Tetanus is an infection of the nervous system that is always serious and often fatal. The bacteria, called Clostridium tetani, are all around us (for example in soil), and they enter the body through scratches, burns and cuts.
At least 1 in 10 of those who develop tetanus die, even in countries like the UK where there is good access to intensive care. In countries without good medical care, up to 9 in 10 of those who develop tetanus will die. Neonatal tetanus is an important cause of death in many countries in Asia and Africa. It is caused by infection of the baby's umbilical stump. The World Health Organization (WHO) has made it a priority to eliminate neonatal tetanus worldwide, and the number of cases is falling every year.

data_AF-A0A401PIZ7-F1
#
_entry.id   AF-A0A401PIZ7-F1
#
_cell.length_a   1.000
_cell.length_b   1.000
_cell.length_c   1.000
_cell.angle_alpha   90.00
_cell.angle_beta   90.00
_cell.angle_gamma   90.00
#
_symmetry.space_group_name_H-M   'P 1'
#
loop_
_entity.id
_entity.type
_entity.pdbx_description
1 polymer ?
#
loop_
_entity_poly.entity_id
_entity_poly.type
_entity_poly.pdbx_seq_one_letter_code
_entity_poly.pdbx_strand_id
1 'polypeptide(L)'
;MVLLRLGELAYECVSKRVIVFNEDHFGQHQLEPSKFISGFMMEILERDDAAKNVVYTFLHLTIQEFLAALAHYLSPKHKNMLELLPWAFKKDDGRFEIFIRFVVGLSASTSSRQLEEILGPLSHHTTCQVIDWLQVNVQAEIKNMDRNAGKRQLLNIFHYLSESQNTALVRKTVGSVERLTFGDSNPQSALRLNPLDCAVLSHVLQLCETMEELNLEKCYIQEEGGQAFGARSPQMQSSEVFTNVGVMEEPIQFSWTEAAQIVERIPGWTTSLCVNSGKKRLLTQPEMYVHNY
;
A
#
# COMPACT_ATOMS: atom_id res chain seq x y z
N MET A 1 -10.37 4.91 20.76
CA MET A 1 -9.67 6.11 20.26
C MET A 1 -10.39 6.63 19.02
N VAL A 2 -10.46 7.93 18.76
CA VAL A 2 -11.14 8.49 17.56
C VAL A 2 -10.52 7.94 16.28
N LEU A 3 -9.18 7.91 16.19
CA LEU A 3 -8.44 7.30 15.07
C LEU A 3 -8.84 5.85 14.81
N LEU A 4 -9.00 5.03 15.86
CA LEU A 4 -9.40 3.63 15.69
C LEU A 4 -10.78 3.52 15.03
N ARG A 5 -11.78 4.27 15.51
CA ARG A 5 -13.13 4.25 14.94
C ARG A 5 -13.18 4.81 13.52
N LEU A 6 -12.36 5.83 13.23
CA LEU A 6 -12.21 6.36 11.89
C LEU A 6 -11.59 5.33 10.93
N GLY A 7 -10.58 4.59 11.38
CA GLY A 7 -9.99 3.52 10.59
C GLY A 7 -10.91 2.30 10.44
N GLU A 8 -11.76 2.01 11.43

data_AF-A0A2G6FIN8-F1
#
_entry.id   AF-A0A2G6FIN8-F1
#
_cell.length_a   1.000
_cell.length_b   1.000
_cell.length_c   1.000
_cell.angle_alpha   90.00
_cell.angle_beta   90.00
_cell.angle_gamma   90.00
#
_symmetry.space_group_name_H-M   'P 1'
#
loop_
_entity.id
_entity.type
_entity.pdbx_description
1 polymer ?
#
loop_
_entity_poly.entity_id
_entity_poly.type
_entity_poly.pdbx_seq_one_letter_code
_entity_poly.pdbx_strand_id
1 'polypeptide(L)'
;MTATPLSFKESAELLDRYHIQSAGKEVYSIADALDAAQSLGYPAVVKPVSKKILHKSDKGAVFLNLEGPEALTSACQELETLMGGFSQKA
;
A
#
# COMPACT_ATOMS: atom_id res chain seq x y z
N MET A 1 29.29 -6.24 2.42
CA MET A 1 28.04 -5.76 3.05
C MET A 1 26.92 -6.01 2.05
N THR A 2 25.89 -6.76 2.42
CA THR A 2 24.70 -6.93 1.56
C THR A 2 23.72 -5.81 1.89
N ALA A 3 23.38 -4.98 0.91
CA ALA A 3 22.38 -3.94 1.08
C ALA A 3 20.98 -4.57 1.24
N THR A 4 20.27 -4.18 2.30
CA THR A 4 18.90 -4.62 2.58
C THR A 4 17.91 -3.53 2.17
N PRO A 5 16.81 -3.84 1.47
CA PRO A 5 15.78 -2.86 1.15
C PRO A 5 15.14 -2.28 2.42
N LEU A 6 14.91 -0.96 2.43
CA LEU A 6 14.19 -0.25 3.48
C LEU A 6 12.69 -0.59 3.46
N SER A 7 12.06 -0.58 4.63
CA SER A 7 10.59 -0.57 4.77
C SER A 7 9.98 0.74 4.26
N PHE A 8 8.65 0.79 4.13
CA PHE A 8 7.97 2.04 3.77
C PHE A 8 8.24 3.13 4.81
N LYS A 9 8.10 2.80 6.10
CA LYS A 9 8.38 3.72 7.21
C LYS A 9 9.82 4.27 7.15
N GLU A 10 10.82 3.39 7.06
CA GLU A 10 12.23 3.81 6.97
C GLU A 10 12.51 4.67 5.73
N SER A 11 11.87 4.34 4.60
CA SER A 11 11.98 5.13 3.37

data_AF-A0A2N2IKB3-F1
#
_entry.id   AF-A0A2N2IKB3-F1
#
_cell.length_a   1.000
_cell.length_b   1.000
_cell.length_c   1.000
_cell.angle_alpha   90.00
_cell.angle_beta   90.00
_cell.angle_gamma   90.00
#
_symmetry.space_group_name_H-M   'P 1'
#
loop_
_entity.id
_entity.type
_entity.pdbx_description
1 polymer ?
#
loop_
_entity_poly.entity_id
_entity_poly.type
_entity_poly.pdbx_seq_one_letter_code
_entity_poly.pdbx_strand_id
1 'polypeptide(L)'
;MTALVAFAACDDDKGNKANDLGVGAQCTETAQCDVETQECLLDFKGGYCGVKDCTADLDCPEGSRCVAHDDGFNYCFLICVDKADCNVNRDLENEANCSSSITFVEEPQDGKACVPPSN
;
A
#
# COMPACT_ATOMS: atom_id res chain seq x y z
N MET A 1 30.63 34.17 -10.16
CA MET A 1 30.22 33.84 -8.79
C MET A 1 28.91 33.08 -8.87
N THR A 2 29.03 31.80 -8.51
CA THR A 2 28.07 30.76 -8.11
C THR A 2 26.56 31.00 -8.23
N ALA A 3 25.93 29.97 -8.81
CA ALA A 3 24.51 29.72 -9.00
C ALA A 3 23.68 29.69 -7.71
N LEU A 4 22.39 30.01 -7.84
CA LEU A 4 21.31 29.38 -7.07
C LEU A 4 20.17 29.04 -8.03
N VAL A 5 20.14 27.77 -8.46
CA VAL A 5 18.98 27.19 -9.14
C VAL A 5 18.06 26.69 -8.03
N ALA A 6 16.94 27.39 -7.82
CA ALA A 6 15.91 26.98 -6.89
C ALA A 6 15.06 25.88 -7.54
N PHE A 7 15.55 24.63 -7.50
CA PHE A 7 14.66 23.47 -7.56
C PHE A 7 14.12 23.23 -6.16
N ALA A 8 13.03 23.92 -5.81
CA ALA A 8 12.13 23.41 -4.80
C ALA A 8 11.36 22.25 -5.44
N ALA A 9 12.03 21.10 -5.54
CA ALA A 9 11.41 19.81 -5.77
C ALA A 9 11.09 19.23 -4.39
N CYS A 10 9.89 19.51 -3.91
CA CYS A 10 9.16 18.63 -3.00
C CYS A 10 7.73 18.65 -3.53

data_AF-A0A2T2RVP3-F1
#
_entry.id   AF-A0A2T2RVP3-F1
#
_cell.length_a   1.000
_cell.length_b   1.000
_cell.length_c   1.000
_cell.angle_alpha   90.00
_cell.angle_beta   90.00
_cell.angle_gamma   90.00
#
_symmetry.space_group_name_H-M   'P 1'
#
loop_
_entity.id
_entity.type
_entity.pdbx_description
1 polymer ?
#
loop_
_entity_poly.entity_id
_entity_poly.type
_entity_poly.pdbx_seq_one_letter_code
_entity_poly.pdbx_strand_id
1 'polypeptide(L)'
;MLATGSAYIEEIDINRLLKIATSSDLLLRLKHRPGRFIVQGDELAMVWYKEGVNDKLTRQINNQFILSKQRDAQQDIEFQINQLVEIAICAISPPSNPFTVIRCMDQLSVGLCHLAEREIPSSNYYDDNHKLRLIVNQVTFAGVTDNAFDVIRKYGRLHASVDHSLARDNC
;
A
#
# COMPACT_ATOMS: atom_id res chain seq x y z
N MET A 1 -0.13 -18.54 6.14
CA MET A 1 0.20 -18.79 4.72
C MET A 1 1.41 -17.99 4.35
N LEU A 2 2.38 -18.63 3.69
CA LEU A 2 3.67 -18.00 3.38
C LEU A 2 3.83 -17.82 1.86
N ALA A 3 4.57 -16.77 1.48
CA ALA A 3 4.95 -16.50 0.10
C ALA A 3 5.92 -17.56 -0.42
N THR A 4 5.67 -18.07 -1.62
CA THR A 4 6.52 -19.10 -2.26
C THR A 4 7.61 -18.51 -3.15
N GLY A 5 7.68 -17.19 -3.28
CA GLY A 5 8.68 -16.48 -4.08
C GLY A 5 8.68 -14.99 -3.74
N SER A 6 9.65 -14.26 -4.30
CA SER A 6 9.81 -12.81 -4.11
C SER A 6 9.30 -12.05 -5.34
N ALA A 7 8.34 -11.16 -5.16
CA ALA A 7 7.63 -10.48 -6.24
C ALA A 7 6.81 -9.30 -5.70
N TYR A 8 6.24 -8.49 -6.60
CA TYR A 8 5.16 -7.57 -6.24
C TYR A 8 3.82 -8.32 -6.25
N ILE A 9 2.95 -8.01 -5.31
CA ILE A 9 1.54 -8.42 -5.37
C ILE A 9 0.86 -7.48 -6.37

Tetanus is not passed from person to person. This means that it cannot be prevented by herd immunity. Catching tetanus does not make you immune; even those who catch tetanus and survive can get the disease again.
Before World War 2, around 200 people in the UK died of tetanus each year. The vaccine was introduced in 1961, and by the 1970s tetanus was hardly seen in children in the UK. There are now only a handful of cases each year in the UK, mostly in unvaccinated older people, or sometimes linked to the use of contaminated injected drugs. However, even though the number of cases is very low, there have still been 11 reported deaths from tetanus in the last 20 years in the UK.